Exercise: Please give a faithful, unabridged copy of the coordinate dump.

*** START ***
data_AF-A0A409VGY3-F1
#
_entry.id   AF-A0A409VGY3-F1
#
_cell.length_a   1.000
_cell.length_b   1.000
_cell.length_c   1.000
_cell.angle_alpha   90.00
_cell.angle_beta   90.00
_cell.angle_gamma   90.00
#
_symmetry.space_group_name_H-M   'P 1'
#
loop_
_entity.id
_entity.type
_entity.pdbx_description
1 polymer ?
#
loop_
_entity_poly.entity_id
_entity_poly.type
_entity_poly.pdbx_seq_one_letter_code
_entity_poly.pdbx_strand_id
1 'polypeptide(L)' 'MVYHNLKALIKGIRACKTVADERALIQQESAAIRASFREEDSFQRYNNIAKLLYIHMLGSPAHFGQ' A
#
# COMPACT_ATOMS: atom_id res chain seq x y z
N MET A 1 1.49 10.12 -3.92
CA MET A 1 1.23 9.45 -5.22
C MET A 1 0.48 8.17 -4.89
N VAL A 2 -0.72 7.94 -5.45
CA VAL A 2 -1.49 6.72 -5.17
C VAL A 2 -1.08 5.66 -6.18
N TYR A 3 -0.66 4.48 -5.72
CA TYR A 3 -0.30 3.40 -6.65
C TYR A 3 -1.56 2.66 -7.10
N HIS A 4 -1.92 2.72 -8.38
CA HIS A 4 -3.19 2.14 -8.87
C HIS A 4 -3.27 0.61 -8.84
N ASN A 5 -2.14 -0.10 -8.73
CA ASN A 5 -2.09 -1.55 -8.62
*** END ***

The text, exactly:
data_AF-A0A409VGY3-F1
#
_entry.id   AF-A0A409VGY3-F1
#
_cell.length_a   1.000
_cell.length_b   1.000
_cell.length_c   1.000
_cell.angle_alpha   90.00
_cell.angle_beta   90.00
_cell.angle_gamma   90.00
#
_symmetry.space_group_name_H-M   'P 1'
#
loop_
_entity.id
_entity.type
_entity.pdbx_description
1 polymer ?
#
loop_
_entity_poly.entity_id
_entity_poly.type
_entity_poly.pdbx_seq_one_letter_code
_entity_poly.pdbx_strand_id
1 'polypeptide(L)' 'MVYHNLKALIKGIRACKTVADERALIQQESAAIRASFREEDSFQRYNNIAKLLYIHMLGSPAHFGQ' A
#
# COMPACT_ATOMS: atom_id res chain seq x y z
N MET A 1 1.49 10.12 -3.92
CA MET A 1 1.23 9.45 -5.22
C MET A 1 0.48 8.17 -4.89
N VAL A 2 -0.72 7.94 -5.45
CA VAL A 2 -1.49 6.72 -5.17
C VAL A 2 -1.08 5.66 -6.18
N TYR A 3 -0.66 4.48 -5.72
CA TYR A 3 -0.30 3.40 -6.65
C TYR A 3 -1.56 2.66 -7.10
N HIS A 4 -1.92 2.72 -8.38
CA HIS A 4 -3.19 2.14 -8.87
C HIS A 4 -3.27 0.61 -8.84
N ASN A 5 -2.14 -0.10 -8.73
CA ASN A 5 -2.09 -1.55 -8.62